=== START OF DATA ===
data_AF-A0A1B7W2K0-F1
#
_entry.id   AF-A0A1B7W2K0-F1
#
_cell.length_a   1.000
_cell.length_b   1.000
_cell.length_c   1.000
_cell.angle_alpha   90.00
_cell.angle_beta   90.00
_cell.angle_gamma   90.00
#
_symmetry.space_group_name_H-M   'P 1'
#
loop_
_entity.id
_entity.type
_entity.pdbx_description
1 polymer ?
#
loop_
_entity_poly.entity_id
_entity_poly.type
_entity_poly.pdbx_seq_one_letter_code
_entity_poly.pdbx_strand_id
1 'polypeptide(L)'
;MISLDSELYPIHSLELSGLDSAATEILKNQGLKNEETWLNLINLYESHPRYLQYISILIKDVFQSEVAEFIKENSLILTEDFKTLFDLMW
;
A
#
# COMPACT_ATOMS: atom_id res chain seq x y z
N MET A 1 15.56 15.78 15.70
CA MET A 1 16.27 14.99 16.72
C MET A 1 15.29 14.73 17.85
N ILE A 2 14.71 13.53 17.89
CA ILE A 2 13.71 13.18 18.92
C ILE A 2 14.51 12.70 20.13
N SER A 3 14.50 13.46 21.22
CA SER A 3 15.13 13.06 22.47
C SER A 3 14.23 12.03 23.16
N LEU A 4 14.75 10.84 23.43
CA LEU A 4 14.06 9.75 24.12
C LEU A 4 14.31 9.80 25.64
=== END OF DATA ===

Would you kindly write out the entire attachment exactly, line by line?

data_AF-A0A1B7W2K0-F1
#
_entry.id   AF-A0A1B7W2K0-F1
#
_cell.length_a   1.000
_cell.length_b   1.000
_cell.length_c   1.000
_cell.angle_alpha   90.00
_cell.angle_beta   90.00
_cell.angle_gamma   90.00
#
_symmetry.space_group_name_H-M   'P 1'
#
loop_
_entity.id
_entity.type
_entity.pdbx_description
1 polymer ?
#
loop_
_entity_poly.entity_id
_entity_poly.type
_entity_poly.pdbx_seq_one_letter_code
_entity_poly.pdbx_strand_id
1 'polypeptide(L)'
;MISLDSELYPIHSLELSGLDSAATEILKNQGLKNEETWLNLINLYESHPRYLQYISILIKDVFQSEVAEFIKENSLILTEDFKTLFDLMW
;
A
#
# COMPACT_ATOMS: atom_id res chain seq x y z
N MET A 1 15.56 15.78 15.70
CA MET A 1 16.27 14.99 16.72
C MET A 1 15.29 14.73 17.85
N ILE A 2 14.71 13.53 17.89
CA ILE A 2 13.71 13.18 18.92
C ILE A 2 14.51 12.70 20.13
N SER A 3 14.50 13.46 21.22
CA SER A 3 15.13 13.06 22.47
C SER A 3 14.23 12.03 23.16
N LEU A 4 14.75 10.84 23.43
CA LEU A 4 14.06 9.75 24.12
C LEU A 4 14.31 9.80 25.64